Hope Star from Hope, Arkansas on April 11, 1968 · Page 14
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Hope Star from Hope, Arkansas · Page 14

Hope, Arkansas
Issue Date:
Thursday, April 11, 1968
Page 14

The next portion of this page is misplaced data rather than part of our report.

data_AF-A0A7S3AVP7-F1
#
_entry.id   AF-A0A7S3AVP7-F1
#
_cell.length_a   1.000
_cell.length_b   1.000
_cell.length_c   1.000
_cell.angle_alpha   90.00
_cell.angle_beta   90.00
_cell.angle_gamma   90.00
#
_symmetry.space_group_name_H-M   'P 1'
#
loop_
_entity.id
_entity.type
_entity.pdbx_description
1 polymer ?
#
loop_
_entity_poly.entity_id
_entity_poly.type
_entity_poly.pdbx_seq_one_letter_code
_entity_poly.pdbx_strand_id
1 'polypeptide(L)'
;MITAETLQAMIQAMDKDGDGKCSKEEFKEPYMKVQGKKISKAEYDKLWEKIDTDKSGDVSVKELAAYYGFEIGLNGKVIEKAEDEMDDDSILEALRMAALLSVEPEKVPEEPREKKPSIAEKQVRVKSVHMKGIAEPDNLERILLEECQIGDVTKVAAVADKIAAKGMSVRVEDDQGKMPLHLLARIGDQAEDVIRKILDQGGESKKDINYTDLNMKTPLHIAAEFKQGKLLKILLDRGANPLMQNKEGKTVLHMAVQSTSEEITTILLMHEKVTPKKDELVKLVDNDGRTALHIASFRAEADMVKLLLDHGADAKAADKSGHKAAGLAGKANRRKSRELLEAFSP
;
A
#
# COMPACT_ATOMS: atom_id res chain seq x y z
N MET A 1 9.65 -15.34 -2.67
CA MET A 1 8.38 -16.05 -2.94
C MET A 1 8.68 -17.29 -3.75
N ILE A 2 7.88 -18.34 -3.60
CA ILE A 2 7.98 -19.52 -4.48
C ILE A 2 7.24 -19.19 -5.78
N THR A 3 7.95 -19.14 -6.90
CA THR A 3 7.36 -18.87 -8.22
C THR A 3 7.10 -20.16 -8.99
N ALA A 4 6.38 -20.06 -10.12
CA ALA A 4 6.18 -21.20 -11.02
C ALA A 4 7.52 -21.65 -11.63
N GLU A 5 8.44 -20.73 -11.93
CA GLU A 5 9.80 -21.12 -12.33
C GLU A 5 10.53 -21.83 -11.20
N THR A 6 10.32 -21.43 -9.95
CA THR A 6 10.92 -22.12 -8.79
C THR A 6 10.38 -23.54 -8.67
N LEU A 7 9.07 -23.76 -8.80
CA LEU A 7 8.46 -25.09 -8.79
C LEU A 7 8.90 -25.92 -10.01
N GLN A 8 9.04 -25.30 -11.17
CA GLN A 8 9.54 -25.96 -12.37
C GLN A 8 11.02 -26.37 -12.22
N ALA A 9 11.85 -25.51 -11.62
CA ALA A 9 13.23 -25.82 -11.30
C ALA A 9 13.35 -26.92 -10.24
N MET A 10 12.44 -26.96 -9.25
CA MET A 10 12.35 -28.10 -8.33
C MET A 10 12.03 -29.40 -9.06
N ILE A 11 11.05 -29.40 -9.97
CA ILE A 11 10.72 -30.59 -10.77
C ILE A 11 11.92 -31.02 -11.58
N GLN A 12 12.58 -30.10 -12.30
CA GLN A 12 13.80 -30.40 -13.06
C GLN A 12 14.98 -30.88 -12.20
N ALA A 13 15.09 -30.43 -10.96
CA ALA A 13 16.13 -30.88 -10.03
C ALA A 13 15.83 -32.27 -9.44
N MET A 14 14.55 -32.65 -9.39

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Thursday, April 11,1988 HOPt (ARK) STAR, Printed try Offset Arkansas Repretcntativet Seeking Re-election pipj^pjpj^pjpipjniMpBte||^^^^^^^^^^ ^n^ The Negro Community By Ester Hicks Phone PR7-4678 or 4474 THOUGHT FOR THE DAY If this life be not a real fight, in which something is eternally gained for the universe by success, it is no tetter than a game of private theatricals from which one may withdraw at will.- William James said it. CALENDAR OF EVENTS The Church of God in Christ, Southside, is sponsoring a dinner sale Friday April 19, 19G8,inthe home of Mrs. E. L. Reliford, 50G East Hayward street, from 12 noon 'til G p.m. Menu: Fried chicken, or barbecued ribs, green beans, mashed potatoes, tossed salad, hot rolls & butter, apple pie. For delivery, call PR7-4202. There will be a talent show at Harris Gymnasium Saturday April 13, 1008, at 7:30 p.m., featuring the Outcasts, the J'Vet- tes, the Non-Violent Five, and a host of other school groups will participate. For a night of fun and enjoyment, plan now to attend. Adm: 25 cents single, 50 cents per couple. Refreshments will be sold. FUNERALS Funeral services for Mr. Charlie Conway will be held at the Church of God, Friday April 12th, at 1:00 p.m. Burial in Cave- Hill Cemetery. Hicks Funeral Home Inc., will be in charge. Funeral services for Mr. Green walker will be held Saturday April 13th, at 2:00 p.m. at the Mt. ZiunC.M.E.Church. Burial hi Cave Hill Cemetery. Hicks Funeral Home, Inc., will te JJi charge. Drinks Woman Dies in Tractor Accident JONESBORO, Ark. (AP) Mrs. Mae Farley, 61, of. Jonesboro, died Wednesday of injuries suffered when a tractor she was riding on overturned Tuesday on a country road about four miles north of here. Officers said the tractor was being towed and when it overturned, it pinned her underneath. Political Candidates The Star is authorized to announce that the following are candidates for public office subject to action of the Democratic Primary. For County Judge FINIS ODOM For Tax Assessor CARTER SUTTON For Sheriff & Collector JIMMIE GRIFFIN For Prosecuting Attorney BILL DENMAN, JR. For Circuit Clerk JIM COLE For Representative ARTHUR L. STRECH For Treasurer HARRY HAWTHORNE For County Clerk MRS. PAT McCAIN For County Coroner J. T. HONEYCUTT The ancient Greeks first called them "planets." Planet means "wanderer" in their language. to Previou* Puzzle ACROSS 1 Scutch and 5 Malt drink 9 Allowance of drink (dial.) 12 Creek war (joii 13 Plane surface H i-'olli-Ke cheer 15 Tenure by lease 17 Consumed total 18 Having a given musical miality 19 Dual furm of Kovernment in India 21 Kitting moment 23 Kodent -M Armed conflict -'Scatters, ,-ts May '^Top of head .11! Kgji con cod ion ;W Kxcuses i coll i 6 Katen away 7 Slippery H Warning device 9 Docile 10 Vow 11 Pronoun IB liedacted 20 Fast-nu -- Apportions 24 Task 25 1'rayer ending •JH Making resistance ?4 fold dish of vegetables :)0 Mound 3! Kssential being 3:1 Measure of <'.i|>acity 3S Most recent Five Negroes Are Killed In Kansas City By LEO MARKS Associated Press Writer KANSAS CITY (AP) - A second straight night of racial violence left Kansas City's Negro East Side with a toll of five dead, at least 20 wounded and the rubble of more than 75 fires of incendiary origin today. All of the dead were Negroes. They were shot to death, some victims of the intense crossfire that flared at times between Negro snipers and police supported by National Guardsmen. Another Negro was slain in Tuesday night's initial outbreak. Two guardsmen suffered gunshot wounds, neither serious. A fireman was wounded in the abdomen and underwent surgery. There were more than 60 arrests. Most of the fires were out by dawn. Some were allowed to burn because of sniper fire. Firemen were pinned dowti at three locations during the night. The violence resumed around nightfall Wednesday after a day of uneasy calm. During the peak of violence police sealed off an area from 27th to 34th streets between Prospect and Benton, about 24 square blocks. Snipers cliallenged police and guardsmen from rooftops and cars, shooting and running or driving from vantage point to vantage point. The snipers were countered with tear gas and by strike forces of police rifle squads and supporting guardsman. Other police officers served as rooftop spotters for their riflomenbelow. At one point in the heat of the battle National Guardsmen requested and received more ammunition. An additional guard force patrolled a perimeter of 24 blocks by IG blocks around the devastated section. State highway patrolman supplemented depleted police units elsewhere in the city. Gov. Warren E, Hearnes ordered 700 members of a military battalion from central and eastern Missouri to Kansas City, bringing guardsmen on emergency duty here to approx- SHORT RIBS 40 woolsey icoarse cloth) 43 Hodice 4:i Hoasting rods 4ti Ireland 47 Number 48 Preposition 50 Underdone, as a steak 51 Passage in the brain 52 Driving command ipl ) 55 Heply <ab ) imately 3,000. The governor looked over the situation himself Wednesday night, and said there was no need for federal troops at this time. "We can say the troops we have here along with the highway patrol and police are doing a job everybody can be proud of," he told newsmen. A force of 40 guardsman in an armored car rescued two ambulance drivers pinned under their vehicle by sniper fire while they were on an emergency call to pick up wounded civilians. An area-wide curfew until 6 a.m. today was invoked on both sides of the Missouri-Kansas state line. A unit of 64 Kansas National Guardsmen was' "Stationed at principal intersections of Johnson County, across the line from Kansas City. Missouri cars without legitimate business in Kansas were turned back. Public schools in Kansas City, Mo., and Kansas City, Kan., began their Easter vacations a day early today because of the riots. Parochial schools in both cities followed suit. Classes are scheduled to resume Tuesday. McCarthy Has Changed Way of Thinking By WALTER R. MEARS Associated Press Writer WASHINGTON (AP) - Two primaries and two candidates ago, Sen. Eugene J. McCarthy wryly remarked that his Democratic campaign for the White House was taking "a controlled fall." He doesn't joke about it that way now. For the Minnesota Democrat lias experienced victory, has sampled the prospect that what once seemed a futile gesture could actually lead him to the presidency. Where once he spoke of an effort to change the course of a Democratic administration on war in Vietnam, now McCarthy talks of making his party's race against former Vice President Richard M, Nixon, the front- running candidate for the Republican nomination. The metamorphosis began By FRANK O'NEAL • l7 I'uplike spoons •» Crow together, as bones 39 Lath *' 1'iiteh cil\ M Stitch •H Human date "•I'ut aboard a Irain « Small twig •'•> Narrow inlet •/I Not glutted •* Hostelry ;|7 Hritish gun •» Woody plan! •>•> Vine 60 I'laylhmgs 61 Weights of India DOWN .' Reason, ng - Mountain 'comb form) i College official » I roperty item •' Kxe.lama.tion of We'5 4fl0fJrer Loyol to Johnson By PRANCES LEWtNE Associated Press Writer WASHINGTON (AP) - W, Marvin Watson, a quiet, econo* my-minded businessman and politician with a cherubic smile, is the latest in a string of loyal Texans tapped for Cabinet duty by President Johnson, The 43-year-old presidential appointments secretary, who comes from the little sawmill village of Oakhurst, Tex,, was nominated Wednesday by Johnson to be the nation's new post* master general, subject to Senate confirmation, He would succeed Lawrence F, O'Brien, who re signed earlier in the day. For the past two years, Watson, a former executive assistant to the president of Lone Star Steel Co., in Dallas, has held the influential White House job of helping to decide who gets to talk with Johnson, Other native Texans in the Cabinet include Secretary of Commerce C, R. Smith and Atty. Gen. Ramsey Clark. For a President who demands secrecy, Watson was a perfect aide, He rarely would discuss anything about his chief's operations and masked his own reactions with an innocent smile. One of the few times during his service oft Johnson's inti<;r»,, circle staff that "Wtit^flf.,, :,*if-faced publicly wflfc 4 Wfa"-'•)$! launched a ehocR ! 'o,r White House telephone call.s» » - > Some .staff mornbors and newsmen thought hfe might,fa checking on them. But Watsoh said he was only conducting a survey of the White House switchboard to effect some effi* clencies and economies, Although he has never run for public life, Watson has been ac« tive in Democratic politics since the early 1950s, when he became Chamber of Commerce manag« er, city secretary and city judge in Daingerfleid, Tex. A Marine veteran of World War H, he came out of service to work his way through Baylor University by selling cover-alls and arranging dances. He earned a masters degree in eco« nomics there, taught in the eco» nomics department for two terms and spent nine months selling hearing aids in San Antonio before taking the Chamber of Commerce job. By 1958, he had come up through the ranks to membership on the Texas State Democratic Executive Committee and became its chairman in 1964. Watson is married to the former Marion Baugh, and they have three children: Winston, a 21-year-old University of Maryland student; Kimberly, 17, who attends Mount Vernon Seminary, and 4-year-old William Marvin Watson HI. fittntfi Won/Bo of Enemy By At* (AP) government sc-tirees say can military patrols probing out from the 6nce*besieged Khg Sanh base have found more than 800 North Vietnamese' bed? ies, most of them unbtfrled. The sources cited this as a8 Indicator of how badly the Co munist troops who once rounded the outpost suffered from U,S. artillery and air bombing. & they said the 829 bodies found since April 1 represent a prett* tninary count and that they em pect a much higher total afte^, U,S. forces comb the mountainous area, 5X Many bodies were In mass graves but most were unburled. This was Interpreted by the government sources as a sign the Communists suffered a command breakdown and possibly morale problems toward the end of the more than two-month siege, which was lifted last Week, Military officials disputed the." view, expressed in some diplomatic quarters, that the North 1 Vietnamese voluntarily lifted, the siege to emphasize Hanoi's" willingness to talk peace. ,^ WASHINGTON (AP>- Three Arkansas House members— two Democrats and a Republican- announced jointly today for reelection. Making the announcement were Reps. Wilbur D. Mills and David Pryor, Democrats, and John Paul Hammerschmidt, Republican. Arkansas' fourth House member, Rep. E. C. Gainings, Democrat, has announced his plans to retire from Congress at the end of this year. Sen. J. W. Fulbright, D-Ark., previously has announced he will be a candidate for a fifth six-year term. Auto Rate Hike .. Ruling Delayed LITTLE ROCK (AP) - State Insurance Commissioner Allan W. Home said Wednesday he would defer his decision on a request for an increase on auto insurance rates sought by rating bureaus until he hears from an insurance rate expert the AFL-CIO hired to ask Home to reopen hearings held in February. The AFL-CIO objected to the size of the liability insurance raise sought by rating bureaus and hired George Shadoan of Washington, who had until Wednesday to file written views of the testimony presented at the rate hearings. with New Hampshire's startling primary verdict on March 12: a 42 per cent vote for McCarthy, 20 of 24 Democratic convention votes for him. The two candidates followed, one in each direction. Sen. Robert F. Kennedy, D-N.Y., entered the race March 16, and McCarthy has been taunting him ever since as a tardy arrival. And President Johnson stepped aside on March 31. Then came McCarthy's April 2 Wisconsin primary landslide, a 57 per cent share of the vote. Kennedy wasn't on the ballot there, but he will be in Indiana on May 7. And McCarthy has acknowledged the primary tests may prove m .-re difficult to his cause. But he insists he will wage to the end—the Democratic National Convention in Chicago— the campaign he announced or t Nov. 30. And the nujor shift, from an effort to fo:us internal Democratic debate on Vietnam policy to one designed to win the White House, already has occurred. It Wis, perhaps, best signaled by McCarthy's nationwide television address from Milwaukee on April 1, delivered in his familiar low-key style. "This effort is really no long, er, if it ever was, one which was concerned simply with raising issues," McCarthy said. "It was never just an educational program, although some of the critics of my effort in the early stages suggested that that was really ail that it could be. "This is my role today, this is what I am—a candidate for the nomination of the Democratic Party for the presidency of the United States of America." This was the nun who, three in wths earlier, had said that if Robert Keiinedy would challenge JoUnson "there would be no ne^ for me to try." Few other foods provide as much protein at so little cost with so few calories as Borden's Cottage Cheese! See if you don't like Borden's Cottage Cheese better than any you've ever tasted! U M